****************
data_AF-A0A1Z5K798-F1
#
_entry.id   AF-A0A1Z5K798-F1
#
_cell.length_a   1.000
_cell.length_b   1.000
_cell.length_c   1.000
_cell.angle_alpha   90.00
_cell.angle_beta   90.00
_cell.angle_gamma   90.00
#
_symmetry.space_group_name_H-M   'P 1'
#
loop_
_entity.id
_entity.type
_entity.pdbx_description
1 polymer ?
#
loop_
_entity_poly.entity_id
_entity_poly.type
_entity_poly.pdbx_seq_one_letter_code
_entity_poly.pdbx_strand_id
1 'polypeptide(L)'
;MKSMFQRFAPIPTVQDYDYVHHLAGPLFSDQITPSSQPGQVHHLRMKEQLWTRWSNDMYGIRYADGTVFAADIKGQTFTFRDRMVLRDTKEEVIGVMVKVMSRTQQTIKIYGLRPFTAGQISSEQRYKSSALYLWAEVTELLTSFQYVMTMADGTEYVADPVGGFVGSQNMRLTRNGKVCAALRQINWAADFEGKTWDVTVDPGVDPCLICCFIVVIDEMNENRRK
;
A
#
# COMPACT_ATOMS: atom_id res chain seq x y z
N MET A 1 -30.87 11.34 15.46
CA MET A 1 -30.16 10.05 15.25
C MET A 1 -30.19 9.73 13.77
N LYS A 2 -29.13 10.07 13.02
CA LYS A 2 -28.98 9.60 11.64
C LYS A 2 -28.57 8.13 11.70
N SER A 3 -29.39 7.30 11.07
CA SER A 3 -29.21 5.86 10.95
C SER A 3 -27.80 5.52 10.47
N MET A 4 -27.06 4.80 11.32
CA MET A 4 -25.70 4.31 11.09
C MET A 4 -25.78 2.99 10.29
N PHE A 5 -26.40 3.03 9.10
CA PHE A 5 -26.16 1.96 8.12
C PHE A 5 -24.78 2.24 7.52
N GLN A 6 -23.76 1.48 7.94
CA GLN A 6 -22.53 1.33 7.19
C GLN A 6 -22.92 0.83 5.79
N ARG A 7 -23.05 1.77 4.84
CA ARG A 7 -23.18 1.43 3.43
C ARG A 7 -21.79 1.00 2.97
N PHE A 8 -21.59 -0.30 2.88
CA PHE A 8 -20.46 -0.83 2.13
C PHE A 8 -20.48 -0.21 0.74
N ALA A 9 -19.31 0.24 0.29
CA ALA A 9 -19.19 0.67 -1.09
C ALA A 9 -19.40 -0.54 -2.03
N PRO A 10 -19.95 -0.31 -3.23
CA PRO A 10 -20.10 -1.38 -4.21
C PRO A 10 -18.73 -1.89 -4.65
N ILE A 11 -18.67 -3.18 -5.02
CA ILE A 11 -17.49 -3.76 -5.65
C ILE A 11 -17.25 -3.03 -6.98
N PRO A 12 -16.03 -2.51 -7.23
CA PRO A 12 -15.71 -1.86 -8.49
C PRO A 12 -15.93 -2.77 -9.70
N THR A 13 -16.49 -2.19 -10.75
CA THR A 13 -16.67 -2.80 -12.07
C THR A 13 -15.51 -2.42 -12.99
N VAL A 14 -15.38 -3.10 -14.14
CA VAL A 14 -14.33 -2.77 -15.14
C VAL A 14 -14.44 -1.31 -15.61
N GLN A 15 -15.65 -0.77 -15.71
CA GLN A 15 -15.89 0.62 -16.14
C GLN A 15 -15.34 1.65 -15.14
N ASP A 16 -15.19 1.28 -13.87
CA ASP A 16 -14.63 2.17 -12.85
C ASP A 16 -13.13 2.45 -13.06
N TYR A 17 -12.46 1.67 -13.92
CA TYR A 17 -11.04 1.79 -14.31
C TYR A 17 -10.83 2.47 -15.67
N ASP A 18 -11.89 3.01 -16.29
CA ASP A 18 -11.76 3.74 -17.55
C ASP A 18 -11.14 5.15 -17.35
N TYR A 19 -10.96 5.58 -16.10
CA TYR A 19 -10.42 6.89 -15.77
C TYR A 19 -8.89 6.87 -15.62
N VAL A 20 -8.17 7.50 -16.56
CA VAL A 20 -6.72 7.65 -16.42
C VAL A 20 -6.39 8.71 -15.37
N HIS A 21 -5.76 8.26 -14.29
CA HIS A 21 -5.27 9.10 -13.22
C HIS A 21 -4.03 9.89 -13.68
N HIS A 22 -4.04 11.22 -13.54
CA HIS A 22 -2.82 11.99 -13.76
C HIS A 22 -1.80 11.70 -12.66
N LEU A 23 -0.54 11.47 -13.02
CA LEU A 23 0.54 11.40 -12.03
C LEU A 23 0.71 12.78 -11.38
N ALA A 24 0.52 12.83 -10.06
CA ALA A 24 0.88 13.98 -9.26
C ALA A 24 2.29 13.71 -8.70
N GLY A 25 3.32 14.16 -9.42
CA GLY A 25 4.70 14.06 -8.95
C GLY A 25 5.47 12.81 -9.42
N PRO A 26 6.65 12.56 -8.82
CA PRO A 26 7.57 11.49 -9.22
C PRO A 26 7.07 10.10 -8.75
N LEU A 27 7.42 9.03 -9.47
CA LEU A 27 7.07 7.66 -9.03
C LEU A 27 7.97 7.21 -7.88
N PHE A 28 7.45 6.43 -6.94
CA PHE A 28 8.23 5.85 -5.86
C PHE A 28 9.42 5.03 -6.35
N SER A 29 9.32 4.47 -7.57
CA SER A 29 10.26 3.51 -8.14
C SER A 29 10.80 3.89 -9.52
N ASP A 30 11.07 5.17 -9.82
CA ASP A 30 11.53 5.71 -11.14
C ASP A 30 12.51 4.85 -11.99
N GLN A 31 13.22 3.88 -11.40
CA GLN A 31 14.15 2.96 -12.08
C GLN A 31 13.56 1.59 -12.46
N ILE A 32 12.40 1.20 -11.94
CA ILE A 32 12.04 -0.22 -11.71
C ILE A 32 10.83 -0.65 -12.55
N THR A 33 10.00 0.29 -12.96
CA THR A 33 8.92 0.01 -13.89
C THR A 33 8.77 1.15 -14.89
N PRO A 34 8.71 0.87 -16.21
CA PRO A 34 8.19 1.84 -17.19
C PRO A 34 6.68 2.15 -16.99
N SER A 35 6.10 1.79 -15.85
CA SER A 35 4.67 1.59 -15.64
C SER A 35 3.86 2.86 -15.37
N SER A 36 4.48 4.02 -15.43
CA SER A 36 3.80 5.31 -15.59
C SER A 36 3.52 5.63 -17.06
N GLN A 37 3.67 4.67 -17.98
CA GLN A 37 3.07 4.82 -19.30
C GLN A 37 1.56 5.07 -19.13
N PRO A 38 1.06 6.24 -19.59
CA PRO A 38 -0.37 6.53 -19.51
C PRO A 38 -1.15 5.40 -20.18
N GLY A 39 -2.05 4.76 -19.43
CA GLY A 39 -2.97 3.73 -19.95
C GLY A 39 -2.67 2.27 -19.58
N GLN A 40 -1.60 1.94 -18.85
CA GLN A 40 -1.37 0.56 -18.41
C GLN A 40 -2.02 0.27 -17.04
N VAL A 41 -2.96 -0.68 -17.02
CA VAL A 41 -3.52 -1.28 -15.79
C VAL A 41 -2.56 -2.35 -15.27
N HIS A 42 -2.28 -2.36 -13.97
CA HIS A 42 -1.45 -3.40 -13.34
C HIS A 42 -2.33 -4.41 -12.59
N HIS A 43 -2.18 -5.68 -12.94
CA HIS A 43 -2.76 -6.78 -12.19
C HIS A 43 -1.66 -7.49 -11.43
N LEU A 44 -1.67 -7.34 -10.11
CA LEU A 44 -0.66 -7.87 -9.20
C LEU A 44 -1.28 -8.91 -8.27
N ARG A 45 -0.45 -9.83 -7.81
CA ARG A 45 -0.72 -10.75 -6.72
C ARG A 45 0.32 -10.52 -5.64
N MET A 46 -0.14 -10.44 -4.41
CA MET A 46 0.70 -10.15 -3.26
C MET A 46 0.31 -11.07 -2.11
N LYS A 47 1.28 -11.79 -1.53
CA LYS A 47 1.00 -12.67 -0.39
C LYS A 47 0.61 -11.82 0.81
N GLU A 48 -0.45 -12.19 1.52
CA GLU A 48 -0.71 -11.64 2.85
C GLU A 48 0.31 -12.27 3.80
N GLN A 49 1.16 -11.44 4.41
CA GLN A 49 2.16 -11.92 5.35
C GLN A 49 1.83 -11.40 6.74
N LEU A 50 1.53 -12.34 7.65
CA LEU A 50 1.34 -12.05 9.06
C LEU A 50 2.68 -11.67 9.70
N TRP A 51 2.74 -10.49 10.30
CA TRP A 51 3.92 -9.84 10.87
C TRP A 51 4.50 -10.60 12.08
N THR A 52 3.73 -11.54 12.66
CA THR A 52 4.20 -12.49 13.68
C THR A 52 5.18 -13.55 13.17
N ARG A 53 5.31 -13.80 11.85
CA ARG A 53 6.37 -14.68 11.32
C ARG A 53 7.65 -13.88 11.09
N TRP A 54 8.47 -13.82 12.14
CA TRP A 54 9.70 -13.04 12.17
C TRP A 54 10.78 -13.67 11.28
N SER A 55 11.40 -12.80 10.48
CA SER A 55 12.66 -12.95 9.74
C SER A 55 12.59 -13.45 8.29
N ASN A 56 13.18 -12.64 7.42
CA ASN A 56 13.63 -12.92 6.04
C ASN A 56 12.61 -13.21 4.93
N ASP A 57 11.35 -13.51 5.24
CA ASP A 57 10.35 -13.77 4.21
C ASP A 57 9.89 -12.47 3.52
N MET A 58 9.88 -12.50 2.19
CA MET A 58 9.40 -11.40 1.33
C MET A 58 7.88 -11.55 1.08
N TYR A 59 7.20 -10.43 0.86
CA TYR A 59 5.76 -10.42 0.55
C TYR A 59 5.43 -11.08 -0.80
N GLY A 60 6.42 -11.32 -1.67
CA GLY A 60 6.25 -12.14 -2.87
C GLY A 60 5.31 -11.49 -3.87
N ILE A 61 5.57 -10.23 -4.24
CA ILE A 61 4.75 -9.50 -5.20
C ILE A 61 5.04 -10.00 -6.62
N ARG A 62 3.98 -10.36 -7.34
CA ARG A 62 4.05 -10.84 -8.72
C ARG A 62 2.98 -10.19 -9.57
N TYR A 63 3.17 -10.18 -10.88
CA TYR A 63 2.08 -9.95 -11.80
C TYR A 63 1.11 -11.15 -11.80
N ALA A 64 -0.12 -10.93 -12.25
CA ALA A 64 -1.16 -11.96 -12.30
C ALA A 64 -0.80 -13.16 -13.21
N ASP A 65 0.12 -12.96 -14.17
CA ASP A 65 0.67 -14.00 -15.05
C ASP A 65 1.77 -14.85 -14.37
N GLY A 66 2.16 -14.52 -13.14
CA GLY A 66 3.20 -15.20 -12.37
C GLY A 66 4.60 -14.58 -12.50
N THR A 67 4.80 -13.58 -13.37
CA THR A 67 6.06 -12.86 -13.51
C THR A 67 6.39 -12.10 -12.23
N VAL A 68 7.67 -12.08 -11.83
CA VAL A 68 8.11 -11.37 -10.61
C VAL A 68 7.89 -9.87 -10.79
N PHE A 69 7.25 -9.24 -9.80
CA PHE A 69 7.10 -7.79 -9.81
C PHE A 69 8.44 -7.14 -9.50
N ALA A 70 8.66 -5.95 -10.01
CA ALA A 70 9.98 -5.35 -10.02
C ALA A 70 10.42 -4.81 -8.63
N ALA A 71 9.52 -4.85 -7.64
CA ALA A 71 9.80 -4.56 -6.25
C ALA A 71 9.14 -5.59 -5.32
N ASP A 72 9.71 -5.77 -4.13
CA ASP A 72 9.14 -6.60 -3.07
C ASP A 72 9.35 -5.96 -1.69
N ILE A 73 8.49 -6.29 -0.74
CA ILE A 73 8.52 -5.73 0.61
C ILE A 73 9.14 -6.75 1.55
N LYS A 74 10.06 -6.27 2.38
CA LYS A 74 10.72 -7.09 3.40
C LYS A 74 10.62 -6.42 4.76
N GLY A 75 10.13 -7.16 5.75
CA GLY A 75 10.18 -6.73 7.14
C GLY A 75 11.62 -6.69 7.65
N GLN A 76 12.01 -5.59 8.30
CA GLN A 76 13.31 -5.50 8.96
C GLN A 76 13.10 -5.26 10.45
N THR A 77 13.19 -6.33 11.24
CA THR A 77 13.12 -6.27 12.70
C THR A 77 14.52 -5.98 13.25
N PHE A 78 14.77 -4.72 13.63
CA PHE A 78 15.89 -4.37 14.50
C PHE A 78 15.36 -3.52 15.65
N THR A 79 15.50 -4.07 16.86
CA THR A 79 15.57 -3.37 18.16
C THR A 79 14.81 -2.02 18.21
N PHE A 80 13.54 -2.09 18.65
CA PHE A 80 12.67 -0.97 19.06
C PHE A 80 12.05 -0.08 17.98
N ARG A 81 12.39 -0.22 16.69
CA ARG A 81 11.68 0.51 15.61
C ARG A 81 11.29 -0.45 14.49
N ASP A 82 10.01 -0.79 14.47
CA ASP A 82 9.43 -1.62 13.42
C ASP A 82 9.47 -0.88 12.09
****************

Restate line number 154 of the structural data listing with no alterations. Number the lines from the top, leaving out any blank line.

N HIS A 42 -2.28 -2.36 -13.97